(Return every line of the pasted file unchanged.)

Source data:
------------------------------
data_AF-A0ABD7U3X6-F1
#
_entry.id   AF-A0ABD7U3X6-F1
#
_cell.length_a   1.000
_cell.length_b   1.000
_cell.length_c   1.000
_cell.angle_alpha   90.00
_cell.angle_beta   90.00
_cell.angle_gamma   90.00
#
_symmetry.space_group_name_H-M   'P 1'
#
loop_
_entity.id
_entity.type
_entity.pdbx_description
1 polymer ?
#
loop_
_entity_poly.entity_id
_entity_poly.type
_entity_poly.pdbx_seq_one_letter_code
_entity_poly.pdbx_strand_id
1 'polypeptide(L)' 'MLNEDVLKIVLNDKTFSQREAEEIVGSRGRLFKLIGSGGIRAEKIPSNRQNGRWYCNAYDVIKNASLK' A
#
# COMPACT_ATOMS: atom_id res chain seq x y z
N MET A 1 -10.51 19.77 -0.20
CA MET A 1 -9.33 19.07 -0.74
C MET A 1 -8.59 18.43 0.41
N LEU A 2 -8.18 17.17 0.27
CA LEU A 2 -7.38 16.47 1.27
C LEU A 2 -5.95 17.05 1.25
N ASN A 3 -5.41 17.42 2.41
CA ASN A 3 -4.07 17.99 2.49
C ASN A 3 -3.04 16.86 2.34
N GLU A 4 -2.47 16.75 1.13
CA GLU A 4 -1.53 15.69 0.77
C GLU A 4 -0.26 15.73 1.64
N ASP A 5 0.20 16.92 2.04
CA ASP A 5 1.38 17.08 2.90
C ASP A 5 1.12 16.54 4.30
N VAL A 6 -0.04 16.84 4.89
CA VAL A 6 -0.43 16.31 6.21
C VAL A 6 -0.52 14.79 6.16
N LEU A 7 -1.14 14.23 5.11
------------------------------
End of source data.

data_AF-A0ABD7U3X6-F1
#
_entry.id   AF-A0ABD7U3X6-F1
#
_cell.length_a   1.000
_cell.length_b   1.000
_cell.length_c   1.000
_cell.angle_alpha   90.00
_cell.angle_beta   90.00
_cell.angle_gamma   90.00
#
_symmetry.space_group_name_H-M   'P 1'
#
loop_
_entity.id
_entity.type
_entity.pdbx_description
1 polymer ?
#
loop_
_entity_poly.entity_id
_entity_poly.type
_entity_poly.pdbx_seq_one_letter_code
_entity_poly.pdbx_strand_id
1 'polypeptide(L)' 'MLNEDVLKIVLNDKTFSQREAEEIVGSRGRLFKLIGSGGIRAEKIPSNRQNGRWYCNAYDVIKNASLK' A
#
# COMPACT_ATOMS: atom_id res chain seq x y z
N MET A 1 -10.51 19.77 -0.20
CA MET A 1 -9.33 19.07 -0.74
C MET A 1 -8.59 18.43 0.41
N LEU A 2 -8.18 17.17 0.27
CA LEU A 2 -7.38 16.47 1.27
C LEU A 2 -5.95 17.05 1.25
N ASN A 3 -5.41 17.42 2.41
CA ASN A 3 -4.07 17.99 2.49
C ASN A 3 -3.04 16.86 2.34
N GLU A 4 -2.47 16.75 1.13
CA GLU A 4 -1.53 15.69 0.77
C GLU A 4 -0.26 15.73 1.64
N ASP A 5 0.20 16.92 2.04
CA ASP A 5 1.38 17.08 2.90
C ASP A 5 1.12 16.54 4.30
N VAL A 6 -0.04 16.84 4.89
CA VAL A 6 -0.43 16.31 6.21
C VAL A 6 -0.52 14.79 6.16
N LEU A 7 -1.14 14.23 5.11